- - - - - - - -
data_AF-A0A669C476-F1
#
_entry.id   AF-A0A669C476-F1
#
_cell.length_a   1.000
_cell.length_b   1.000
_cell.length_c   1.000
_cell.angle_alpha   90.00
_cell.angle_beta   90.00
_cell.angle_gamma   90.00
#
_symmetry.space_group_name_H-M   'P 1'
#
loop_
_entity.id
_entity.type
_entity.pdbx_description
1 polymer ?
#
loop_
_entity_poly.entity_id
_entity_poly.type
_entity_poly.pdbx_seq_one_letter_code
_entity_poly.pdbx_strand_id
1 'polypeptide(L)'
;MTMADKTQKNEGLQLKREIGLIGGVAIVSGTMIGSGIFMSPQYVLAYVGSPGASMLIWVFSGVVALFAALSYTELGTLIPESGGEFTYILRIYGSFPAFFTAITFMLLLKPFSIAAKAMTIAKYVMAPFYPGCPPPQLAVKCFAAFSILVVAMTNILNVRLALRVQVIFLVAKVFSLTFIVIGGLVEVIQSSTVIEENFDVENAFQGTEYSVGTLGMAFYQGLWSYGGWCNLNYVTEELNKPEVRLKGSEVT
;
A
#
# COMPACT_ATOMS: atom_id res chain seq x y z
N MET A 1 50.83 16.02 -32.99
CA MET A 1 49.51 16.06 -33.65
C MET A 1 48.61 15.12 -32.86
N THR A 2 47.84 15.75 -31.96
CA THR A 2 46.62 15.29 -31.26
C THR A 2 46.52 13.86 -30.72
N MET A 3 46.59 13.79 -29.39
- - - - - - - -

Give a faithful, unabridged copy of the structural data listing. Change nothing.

data_AF-A0A669C476-F1
#
_entry.id   AF-A0A669C476-F1
#
_cell.length_a   1.000
_cell.length_b   1.000
_cell.length_c   1.000
_cell.angle_alpha   90.00
_cell.angle_beta   90.00
_cell.angle_gamma   90.00
#
_symmetry.space_group_name_H-M   'P 1'
#
loop_
_entity.id
_entity.type
_entity.pdbx_description
1 polymer ?
#
loop_
_entity_poly.entity_id
_entity_poly.type
_entity_poly.pdbx_seq_one_letter_code
_entity_poly.pdbx_strand_id
1 'polypeptide(L)'
;MTMADKTQKNEGLQLKREIGLIGGVAIVSGTMIGSGIFMSPQYVLAYVGSPGASMLIWVFSGVVALFAALSYTELGTLIPESGGEFTYILRIYGSFPAFFTAITFMLLLKPFSIAAKAMTIAKYVMAPFYPGCPPPQLAVKCFAAFSILVVAMTNILNVRLALRVQVIFLVAKVFSLTFIVIGGLVEVIQSSTVIEENFDVENAFQGTEYSVGTLGMAFYQGLWSYGGWCNLNYVTEELNKPEVRLKGSEVT
;
A
#
# COMPACT_ATOMS: atom_id res chain seq x y z
N MET A 1 50.83 16.02 -32.99
CA MET A 1 49.51 16.06 -33.65
C MET A 1 48.61 15.12 -32.86
N THR A 2 47.84 15.75 -31.96
CA THR A 2 46.62 15.29 -31.26
C THR A 2 46.52 13.86 -30.72
N MET A 3 46.59 13.79 -29.39